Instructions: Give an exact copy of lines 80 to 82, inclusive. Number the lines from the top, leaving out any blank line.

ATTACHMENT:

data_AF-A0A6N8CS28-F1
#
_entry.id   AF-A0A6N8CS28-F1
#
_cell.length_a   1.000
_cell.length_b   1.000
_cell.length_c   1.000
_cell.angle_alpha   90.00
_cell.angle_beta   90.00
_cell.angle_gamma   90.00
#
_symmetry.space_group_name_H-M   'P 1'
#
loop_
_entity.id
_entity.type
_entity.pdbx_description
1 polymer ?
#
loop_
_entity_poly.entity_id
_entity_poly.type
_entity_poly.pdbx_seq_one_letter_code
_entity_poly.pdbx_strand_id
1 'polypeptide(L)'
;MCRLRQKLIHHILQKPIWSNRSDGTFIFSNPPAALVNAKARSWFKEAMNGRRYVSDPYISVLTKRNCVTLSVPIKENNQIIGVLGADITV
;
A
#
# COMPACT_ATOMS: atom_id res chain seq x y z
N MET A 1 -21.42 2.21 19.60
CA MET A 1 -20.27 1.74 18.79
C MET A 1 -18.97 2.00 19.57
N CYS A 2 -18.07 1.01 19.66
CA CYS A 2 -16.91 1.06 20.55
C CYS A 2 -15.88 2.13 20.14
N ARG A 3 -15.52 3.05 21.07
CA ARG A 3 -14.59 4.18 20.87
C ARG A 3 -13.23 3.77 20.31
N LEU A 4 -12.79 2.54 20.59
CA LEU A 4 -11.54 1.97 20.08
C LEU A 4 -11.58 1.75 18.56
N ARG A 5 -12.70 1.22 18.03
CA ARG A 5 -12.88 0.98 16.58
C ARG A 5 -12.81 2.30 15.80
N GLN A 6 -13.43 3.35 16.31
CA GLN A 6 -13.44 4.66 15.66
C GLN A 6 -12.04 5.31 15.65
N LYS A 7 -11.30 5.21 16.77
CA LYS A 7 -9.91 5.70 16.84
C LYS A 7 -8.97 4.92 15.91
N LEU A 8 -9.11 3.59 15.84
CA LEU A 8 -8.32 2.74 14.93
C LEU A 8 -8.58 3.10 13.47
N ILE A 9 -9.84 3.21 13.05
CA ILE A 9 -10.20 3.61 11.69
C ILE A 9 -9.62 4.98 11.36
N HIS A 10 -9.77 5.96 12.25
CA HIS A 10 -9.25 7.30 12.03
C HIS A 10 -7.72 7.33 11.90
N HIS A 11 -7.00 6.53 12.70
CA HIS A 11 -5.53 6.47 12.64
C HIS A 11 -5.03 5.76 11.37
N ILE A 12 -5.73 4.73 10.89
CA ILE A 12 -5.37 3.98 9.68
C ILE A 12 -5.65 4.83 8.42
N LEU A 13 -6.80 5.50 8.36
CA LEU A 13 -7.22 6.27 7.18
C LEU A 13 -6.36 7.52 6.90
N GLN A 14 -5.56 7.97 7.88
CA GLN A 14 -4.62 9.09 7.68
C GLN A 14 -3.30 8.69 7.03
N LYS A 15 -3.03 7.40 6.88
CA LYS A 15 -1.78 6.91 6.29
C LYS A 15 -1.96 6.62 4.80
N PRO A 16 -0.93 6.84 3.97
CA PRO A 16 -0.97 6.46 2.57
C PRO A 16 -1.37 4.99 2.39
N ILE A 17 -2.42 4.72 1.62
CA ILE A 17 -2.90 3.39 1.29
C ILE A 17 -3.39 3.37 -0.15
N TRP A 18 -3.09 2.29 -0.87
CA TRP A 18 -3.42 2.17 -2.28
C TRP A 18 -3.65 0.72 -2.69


CA ILE A 17 -2.90 3.39 1.29
C ILE A 17 -3.39 3.37 -0.15
N TRP A 18 -3.09 2.29 -0.87